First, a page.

Welcome - Explore my Blog

I've been keeping this blog for all of my beekeeping years and I am beginning my 19th year of beekeeping in April 2024. Now there are more than 1300 posts on this blog. Please use the search bar below to search the blog for other posts on a subject in which you are interested. You can also click on the "label" at the end of a post and all posts with that label will show up. At the very bottom of this page is a list of all the labels I've used.

Even if you find one post on the subject, I've posted a lot on basic beekeeping skills like installing bees, harvesting honey, inspecting the hive, etc. so be sure to search for more once you've found a topic of interest to you. And watch the useful videos and slide shows on the sidebar. All of them have captions. Please share posts of interest via Facebook, Pinterest, etc.

I began this blog to chronicle my beekeeping experiences. I have read lots of beekeeping books, but nothing takes the place of either hands-on experience with an experienced beekeeper or good pictures of the process. I want people to have a clearer picture of what to expect in their beekeeping so I post pictures and write about my beekeeping saga here.Master Beekeeper Enjoy with me as I learn and grow as a beekeeper.

Need help with an Atlanta area swarm? Visit Found a Swarm? Call a Beekeeper. ‪(404) 482-1848‬

Want to Pin this post?

Saturday, January 12, 2013

Location, Location, Location: Key for Bees in Winter

I opened my hive that has died in my backyard and was sad to find that there were many dead hive beetles along with dead bees.  The cluster was very small - about the size of a tennis ball - which makes me wonder if they went queenless into late December.

Sad to say, the cluster was on a frame where there was honey and there was honey in the frame immediately to the back of the frame with the dead bees.

Bees simply can't generate enough energy to move when the temperature is below 50 and certainly not if the temperature is in the 30s as it was for a week in late December.  These bees had resources and couldn't move to get to them.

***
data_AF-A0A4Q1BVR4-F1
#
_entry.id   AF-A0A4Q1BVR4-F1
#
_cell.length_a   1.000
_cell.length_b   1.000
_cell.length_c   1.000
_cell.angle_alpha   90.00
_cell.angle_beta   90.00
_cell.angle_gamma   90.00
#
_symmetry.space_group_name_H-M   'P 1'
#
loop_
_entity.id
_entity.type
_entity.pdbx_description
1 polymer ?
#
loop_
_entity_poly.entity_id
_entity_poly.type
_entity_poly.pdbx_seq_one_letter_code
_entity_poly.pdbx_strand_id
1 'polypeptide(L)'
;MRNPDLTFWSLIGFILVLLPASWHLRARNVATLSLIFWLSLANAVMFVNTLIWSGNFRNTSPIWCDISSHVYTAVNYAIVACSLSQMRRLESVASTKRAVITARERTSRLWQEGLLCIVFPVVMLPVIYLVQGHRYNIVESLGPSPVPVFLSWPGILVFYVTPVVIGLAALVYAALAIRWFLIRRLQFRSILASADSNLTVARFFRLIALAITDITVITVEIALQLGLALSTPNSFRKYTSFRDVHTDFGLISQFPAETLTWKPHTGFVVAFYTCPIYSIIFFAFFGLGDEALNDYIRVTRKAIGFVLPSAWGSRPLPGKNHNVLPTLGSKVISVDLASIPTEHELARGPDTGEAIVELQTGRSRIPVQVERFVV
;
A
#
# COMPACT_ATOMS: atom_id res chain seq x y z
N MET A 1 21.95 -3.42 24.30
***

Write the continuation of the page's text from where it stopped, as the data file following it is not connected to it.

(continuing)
Even sadder is another frame where the bees who are dead are just above honey on the same frame.

There were a lot of small hive beetles in with the bees but since there were still frames of honey in the hive, the SHB is not the cause of the hive death, but starvation and cold weather was.

I had seen bees flying from this hive in early December, but they were no longer present when I returned from the mountains after Christmas.  The queen's laying is tied to the winter solstice so she had not begun in any way.  I am thinking with the small population in the cluster and no evidence of any brood rearing that this hive was queenless going into winter.

I don't know if it's safe to give this honey to my two-box medium hive that appears to be quite happy but feels really light.  I do think the bees starved and did not die of disease, so I think that means I could give these frames of honey to the light hive, but I'm scared so I didn't do that today.  Thought I'd at least sleep on it.


  1. Its really sad. Thanks for sharing this information with us.

  2. Your blog page is impressive, very well done. I had a similar experience happen with one of my hives. From what others have told me about mine, is that the queen probably died. I'm a beginner at this and that was very disapointing. Still have two hives left, hoping for more in the Spring. Have my fingers crossed. http://queenbee3074.blogspot.com/


Pin this post


Related Posts Plugin for WordPress, Blogger...